Let’s stigmatize the internet – The New York Times

Let’s stigmatize the internet – The New York Times

after thoughts

It’s time to put our extreme online year (and myself) behind us.

It should have come as a surprise to anyone who’s ever been on the internet that — during a pandemic, under various lockdowns — our worst online tendencies, in the immortal words of “Spinal Tap,” went to 11. It felt like everyone was going to be a little Jack Torrance from “The Shining.”

That’s okay: Outside, an invisible, potentially deadly virus was floating around, politicized as it killed people and spread unabated. It is actually used to be a Stephen King novel (adapted by Stanley Kubrick). We rushed online and tried to mitigate the impact of our solitary confinement by seeking out other people. We tried to save ourselves.

Some good stuff from all that time came online. But there were also some extremely bad things: It started with sweltering takes on how Shakespeare wrote “King Lear” under quarantine. Before people could read it, we were showered with magma-temperature responses about how no one should feel the need to be productive in quarantine. Everyone had someone to hate, someone to cancel, someone to praise, a way to practice self-love, and someone to do wrong.

And so I’m making a proclamation here for everyone to read: It’s time to put our extreme online year (and myself) behind us. It’s time to stigmatize the internet.

At least for the next two years, let’s have some standards, some sort of unified code of etiquette that will keep us (and our conversations and our passions) tied to a world that isn’t so extreme online.

For example, if the person consuming your brain space has some sort of nickname that implies some incredibly stupid online-only drama (“Bean Dad,” “Bodega Lady,” “Cinnamon Toast Crunch Shrimp Tails Guy”), or their primary mode of attention seeking is through self-created melodrama (anyone whose name is collected under the search parameter “influencer apology”), don’t bring them into decent conversation. We may be able to reduce their incidence.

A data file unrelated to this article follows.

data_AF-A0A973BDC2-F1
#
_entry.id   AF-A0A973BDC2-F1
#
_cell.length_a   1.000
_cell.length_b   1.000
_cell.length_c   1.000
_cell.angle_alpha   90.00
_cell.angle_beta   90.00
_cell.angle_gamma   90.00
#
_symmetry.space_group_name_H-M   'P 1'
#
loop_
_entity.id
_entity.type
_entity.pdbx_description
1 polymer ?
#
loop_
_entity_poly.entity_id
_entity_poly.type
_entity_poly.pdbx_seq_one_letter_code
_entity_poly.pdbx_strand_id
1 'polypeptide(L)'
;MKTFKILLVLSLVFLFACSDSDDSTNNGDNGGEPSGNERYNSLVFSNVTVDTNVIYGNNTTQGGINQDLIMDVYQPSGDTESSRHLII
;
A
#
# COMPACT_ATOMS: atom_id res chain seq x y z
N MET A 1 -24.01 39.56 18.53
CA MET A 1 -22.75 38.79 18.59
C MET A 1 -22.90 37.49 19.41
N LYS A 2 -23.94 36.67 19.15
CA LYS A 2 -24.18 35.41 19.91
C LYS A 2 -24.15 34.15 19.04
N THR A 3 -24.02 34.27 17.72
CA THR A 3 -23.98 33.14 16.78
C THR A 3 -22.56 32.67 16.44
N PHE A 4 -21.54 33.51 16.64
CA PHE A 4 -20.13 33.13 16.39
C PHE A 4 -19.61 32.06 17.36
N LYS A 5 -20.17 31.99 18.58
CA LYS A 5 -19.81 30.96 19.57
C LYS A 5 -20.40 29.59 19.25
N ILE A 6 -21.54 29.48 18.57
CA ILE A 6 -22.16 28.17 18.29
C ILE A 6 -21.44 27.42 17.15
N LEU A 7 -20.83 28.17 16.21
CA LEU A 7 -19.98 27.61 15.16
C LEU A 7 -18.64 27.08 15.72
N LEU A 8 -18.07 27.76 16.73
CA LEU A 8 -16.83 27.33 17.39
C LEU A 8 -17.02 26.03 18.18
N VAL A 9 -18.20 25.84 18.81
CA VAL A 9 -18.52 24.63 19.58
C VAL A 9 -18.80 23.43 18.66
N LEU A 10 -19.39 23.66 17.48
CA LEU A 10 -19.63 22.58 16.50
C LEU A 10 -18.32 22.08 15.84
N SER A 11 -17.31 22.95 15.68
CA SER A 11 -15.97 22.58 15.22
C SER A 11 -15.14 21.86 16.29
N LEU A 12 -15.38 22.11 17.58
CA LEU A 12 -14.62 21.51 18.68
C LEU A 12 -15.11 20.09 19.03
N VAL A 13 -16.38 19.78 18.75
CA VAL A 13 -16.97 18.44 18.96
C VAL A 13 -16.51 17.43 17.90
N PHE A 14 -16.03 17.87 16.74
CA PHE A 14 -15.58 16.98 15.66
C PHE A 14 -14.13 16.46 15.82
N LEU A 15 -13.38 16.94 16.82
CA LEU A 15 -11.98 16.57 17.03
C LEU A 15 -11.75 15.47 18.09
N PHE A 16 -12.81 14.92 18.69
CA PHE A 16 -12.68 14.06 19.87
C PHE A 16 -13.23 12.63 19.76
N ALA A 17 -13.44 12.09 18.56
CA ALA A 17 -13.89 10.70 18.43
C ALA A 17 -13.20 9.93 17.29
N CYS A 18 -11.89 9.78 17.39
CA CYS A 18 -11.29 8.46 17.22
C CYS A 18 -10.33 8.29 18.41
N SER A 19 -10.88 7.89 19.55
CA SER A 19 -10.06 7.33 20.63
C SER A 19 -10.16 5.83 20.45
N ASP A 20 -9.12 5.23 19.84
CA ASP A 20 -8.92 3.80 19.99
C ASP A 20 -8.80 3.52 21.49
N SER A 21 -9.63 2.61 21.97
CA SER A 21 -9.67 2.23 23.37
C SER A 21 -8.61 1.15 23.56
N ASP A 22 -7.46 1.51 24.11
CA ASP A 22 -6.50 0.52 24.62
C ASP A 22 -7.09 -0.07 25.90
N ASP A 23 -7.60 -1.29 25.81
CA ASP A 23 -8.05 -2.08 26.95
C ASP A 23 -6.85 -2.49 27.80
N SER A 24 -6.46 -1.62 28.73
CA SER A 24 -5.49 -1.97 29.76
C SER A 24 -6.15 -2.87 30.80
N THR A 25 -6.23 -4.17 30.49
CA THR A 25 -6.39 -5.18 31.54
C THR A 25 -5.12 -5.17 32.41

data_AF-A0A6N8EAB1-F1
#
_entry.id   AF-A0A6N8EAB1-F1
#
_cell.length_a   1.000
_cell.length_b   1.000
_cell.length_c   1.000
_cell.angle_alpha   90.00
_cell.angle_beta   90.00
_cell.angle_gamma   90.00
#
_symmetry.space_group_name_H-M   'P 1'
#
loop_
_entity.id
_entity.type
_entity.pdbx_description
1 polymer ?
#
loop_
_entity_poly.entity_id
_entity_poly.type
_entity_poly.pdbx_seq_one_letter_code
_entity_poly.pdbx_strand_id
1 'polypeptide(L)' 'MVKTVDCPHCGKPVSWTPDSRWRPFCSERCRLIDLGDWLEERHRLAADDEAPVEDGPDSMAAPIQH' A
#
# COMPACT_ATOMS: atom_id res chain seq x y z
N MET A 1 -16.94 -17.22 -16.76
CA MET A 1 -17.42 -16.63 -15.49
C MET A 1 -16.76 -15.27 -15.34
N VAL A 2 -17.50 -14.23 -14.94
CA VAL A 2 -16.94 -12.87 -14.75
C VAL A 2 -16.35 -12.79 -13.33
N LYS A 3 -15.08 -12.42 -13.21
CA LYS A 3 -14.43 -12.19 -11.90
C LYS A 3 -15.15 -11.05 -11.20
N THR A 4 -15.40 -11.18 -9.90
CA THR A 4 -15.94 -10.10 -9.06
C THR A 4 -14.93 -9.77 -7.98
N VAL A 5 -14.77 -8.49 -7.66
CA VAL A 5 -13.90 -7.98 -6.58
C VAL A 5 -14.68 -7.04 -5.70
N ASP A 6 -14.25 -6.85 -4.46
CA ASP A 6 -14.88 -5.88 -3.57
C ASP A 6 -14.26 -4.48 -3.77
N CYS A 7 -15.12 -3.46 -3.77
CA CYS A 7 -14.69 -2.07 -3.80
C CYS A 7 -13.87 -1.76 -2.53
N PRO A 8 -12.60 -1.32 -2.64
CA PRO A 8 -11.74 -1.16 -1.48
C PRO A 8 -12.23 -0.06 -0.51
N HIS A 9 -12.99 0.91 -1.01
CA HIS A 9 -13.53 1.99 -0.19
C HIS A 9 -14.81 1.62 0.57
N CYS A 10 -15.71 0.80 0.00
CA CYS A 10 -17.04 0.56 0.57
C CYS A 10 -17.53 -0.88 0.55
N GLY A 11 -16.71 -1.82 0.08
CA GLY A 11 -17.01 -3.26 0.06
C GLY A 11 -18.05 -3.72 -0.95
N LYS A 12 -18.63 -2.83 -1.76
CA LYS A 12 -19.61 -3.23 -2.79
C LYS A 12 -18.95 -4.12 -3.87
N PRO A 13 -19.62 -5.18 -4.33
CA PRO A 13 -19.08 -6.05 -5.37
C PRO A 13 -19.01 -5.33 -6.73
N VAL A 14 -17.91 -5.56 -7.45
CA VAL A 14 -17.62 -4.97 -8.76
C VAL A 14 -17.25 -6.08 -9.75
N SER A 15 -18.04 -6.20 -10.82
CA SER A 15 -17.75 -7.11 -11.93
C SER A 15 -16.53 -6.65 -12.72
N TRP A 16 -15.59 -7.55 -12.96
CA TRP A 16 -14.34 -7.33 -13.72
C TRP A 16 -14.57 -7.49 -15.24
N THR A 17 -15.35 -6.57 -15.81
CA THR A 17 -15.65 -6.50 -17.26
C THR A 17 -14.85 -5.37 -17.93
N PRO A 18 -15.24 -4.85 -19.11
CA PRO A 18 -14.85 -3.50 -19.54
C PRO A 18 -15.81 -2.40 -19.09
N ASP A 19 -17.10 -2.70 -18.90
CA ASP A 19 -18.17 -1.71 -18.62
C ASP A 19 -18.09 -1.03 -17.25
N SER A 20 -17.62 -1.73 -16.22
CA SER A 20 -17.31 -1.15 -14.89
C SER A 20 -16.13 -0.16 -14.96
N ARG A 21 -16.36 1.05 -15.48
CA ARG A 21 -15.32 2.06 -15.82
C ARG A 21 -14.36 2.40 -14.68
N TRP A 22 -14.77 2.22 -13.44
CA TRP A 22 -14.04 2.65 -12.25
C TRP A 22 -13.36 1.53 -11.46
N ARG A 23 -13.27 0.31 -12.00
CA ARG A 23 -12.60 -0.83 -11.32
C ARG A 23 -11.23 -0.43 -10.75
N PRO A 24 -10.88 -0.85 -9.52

If someone brings up someone who has been “cancelled” and their cancellation takes more than a single sentence to explain, without any follow-up questions, they and their inquisitors are already taking up too much space in your conversation. And live.

If you need to grab your phone to demonstrate something to continue a conversation, don’t do it.

If you’re into something that went on almost entirely on social media platforms — someone tweeted or TikTok’d or Instagram storied something ignorant — back that punch and take a walk around the block.

No more laptops in coffee shops, or at good bars. Ruin SoHo House or WeWork with them, but nowhere more crowd than that.

Yes, the internet is a part of our daily lives, inextricably linked to most of the things we do now. But if it’s not quite necessary, the internet should be known as the place where work and procrastination is done, and that’s it.

After a year at home we will have freedoms that we did not have last year.

We look in new eyes, sit in public spaces; go to concerts; sweat on each other in gyms. And we will do it all without fear, hesitation, strangeness or reluctance. We will have long silences with each other.

If you got your phone for this, or if you’re talking about things that happen exclusively on your phone, let’s agree: you’re wrong. Are you out for dinner with others and checking your DMs? do not. That concert doesn’t really need to be filmed, does it? Don’t want to get lost in the ecstasy of life, of dancing to a downbeat?

We can, now! Unplug! unfold! Switch off, log out and invade: the world of proximity will soon be available to you again. Don’t let the internet drag you out.

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About the Author: John Lucas

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